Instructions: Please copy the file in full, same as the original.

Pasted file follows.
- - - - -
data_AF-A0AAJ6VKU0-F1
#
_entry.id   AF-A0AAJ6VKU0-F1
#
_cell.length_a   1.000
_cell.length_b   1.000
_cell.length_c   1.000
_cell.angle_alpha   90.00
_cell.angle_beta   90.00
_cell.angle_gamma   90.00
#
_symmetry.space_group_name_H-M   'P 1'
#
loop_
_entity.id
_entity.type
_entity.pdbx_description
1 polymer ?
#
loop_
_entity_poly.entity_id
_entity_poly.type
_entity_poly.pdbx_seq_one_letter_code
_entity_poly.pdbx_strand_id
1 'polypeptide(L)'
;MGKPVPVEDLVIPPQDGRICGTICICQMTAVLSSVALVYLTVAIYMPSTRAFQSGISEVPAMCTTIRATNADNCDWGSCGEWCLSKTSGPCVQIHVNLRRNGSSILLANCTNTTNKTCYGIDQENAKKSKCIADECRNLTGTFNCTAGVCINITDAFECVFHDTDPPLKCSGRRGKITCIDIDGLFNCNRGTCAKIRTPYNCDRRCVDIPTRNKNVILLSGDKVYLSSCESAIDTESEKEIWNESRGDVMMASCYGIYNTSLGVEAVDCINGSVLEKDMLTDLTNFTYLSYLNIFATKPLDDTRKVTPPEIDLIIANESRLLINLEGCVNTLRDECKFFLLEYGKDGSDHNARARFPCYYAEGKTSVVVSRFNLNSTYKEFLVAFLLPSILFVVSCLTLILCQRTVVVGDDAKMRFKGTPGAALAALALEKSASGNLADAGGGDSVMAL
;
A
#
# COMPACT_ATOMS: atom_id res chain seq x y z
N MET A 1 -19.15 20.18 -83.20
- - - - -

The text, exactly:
data_AF-A0AAJ6VKU0-F1
#
_entry.id   AF-A0AAJ6VKU0-F1
#
_cell.length_a   1.000
_cell.length_b   1.000
_cell.length_c   1.000
_cell.angle_alpha   90.00
_cell.angle_beta   90.00
_cell.angle_gamma   90.00
#
_symmetry.space_group_name_H-M   'P 1'
#
loop_
_entity.id
_entity.type
_entity.pdbx_description
1 polymer ?
#
loop_
_entity_poly.entity_id
_entity_poly.type
_entity_poly.pdbx_seq_one_letter_code
_entity_poly.pdbx_strand_id
1 'polypeptide(L)'
;MGKPVPVEDLVIPPQDGRICGTICICQMTAVLSSVALVYLTVAIYMPSTRAFQSGISEVPAMCTTIRATNADNCDWGSCGEWCLSKTSGPCVQIHVNLRRNGSSILLANCTNTTNKTCYGIDQENAKKSKCIADECRNLTGTFNCTAGVCINITDAFECVFHDTDPPLKCSGRRGKITCIDIDGLFNCNRGTCAKIRTPYNCDRRCVDIPTRNKNVILLSGDKVYLSSCESAIDTESEKEIWNESRGDVMMASCYGIYNTSLGVEAVDCINGSVLEKDMLTDLTNFTYLSYLNIFATKPLDDTRKVTPPEIDLIIANESRLLINLEGCVNTLRDECKFFLLEYGKDGSDHNARARFPCYYAEGKTSVVVSRFNLNSTYKEFLVAFLLPSILFVVSCLTLILCQRTVVVGDDAKMRFKGTPGAALAALALEKSASGNLADAGGGDSVMAL
;
A
#
# COMPACT_ATOMS: atom_id res chain seq x y z
N MET A 1 -19.15 20.18 -83.20